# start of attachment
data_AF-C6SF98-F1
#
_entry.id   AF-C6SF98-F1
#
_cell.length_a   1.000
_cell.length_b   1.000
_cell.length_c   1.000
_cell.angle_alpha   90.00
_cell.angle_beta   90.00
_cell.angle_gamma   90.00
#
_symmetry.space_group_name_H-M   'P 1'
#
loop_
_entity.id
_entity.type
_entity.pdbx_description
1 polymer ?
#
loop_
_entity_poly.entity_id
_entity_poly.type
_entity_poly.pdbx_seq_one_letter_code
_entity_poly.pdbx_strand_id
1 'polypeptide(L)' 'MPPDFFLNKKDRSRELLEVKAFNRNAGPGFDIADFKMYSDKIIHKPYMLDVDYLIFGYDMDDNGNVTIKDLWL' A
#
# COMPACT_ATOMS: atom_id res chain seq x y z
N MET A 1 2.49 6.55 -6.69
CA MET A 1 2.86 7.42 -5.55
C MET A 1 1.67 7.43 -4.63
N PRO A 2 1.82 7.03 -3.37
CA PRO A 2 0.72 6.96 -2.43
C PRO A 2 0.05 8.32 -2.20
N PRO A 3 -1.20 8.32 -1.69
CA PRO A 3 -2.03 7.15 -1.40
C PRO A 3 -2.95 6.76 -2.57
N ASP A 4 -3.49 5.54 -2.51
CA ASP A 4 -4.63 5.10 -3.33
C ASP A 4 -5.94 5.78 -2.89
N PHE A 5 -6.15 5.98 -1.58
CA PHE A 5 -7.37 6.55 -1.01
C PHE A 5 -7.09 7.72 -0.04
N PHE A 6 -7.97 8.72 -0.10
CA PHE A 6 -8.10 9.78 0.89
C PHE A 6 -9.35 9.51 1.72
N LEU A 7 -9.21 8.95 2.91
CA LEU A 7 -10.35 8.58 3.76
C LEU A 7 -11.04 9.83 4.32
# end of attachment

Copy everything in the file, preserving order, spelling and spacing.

data_AF-C6SF98-F1
#
_entry.id   AF-C6SF98-F1
#
_cell.length_a   1.000
_cell.length_b   1.000
_cell.length_c   1.000
_cell.angle_alpha   90.00
_cell.angle_beta   90.00
_cell.angle_gamma   90.00
#
_symmetry.space_group_name_H-M   'P 1'
#
loop_
_entity.id
_entity.type
_entity.pdbx_description
1 polymer ?
#
loop_
_entity_poly.entity_id
_entity_poly.type
_entity_poly.pdbx_seq_one_letter_code
_entity_poly.pdbx_strand_id
1 'polypeptide(L)' 'MPPDFFLNKKDRSRELLEVKAFNRNAGPGFDIADFKMYSDKIIHKPYMLDVDYLIFGYDMDDNGNVTIKDLWL' A
#
# COMPACT_ATOMS: atom_id res chain seq x y z
N MET A 1 2.49 6.55 -6.69
CA MET A 1 2.86 7.42 -5.55
C MET A 1 1.67 7.43 -4.63
N PRO A 2 1.82 7.03 -3.37
CA PRO A 2 0.72 6.96 -2.43
C PRO A 2 0.05 8.32 -2.20
N PRO A 3 -1.20 8.32 -1.69
CA PRO A 3 -2.03 7.15 -1.40
C PRO A 3 -2.95 6.76 -2.57
N ASP A 4 -3.49 5.54 -2.51
CA ASP A 4 -4.63 5.10 -3.33
C ASP A 4 -5.94 5.78 -2.89
N PHE A 5 -6.15 5.98 -1.58
CA PHE A 5 -7.37 6.55 -1.01
C PHE A 5 -7.09 7.72 -0.04
N PHE A 6 -7.97 8.72 -0.10
CA PHE A 6 -8.10 9.78 0.89
C PHE A 6 -9.35 9.51 1.72
N LEU A 7 -9.21 8.95 2.91
CA LEU A 7 -10.35 8.58 3.76
C LEU A 7 -11.04 9.83 4.32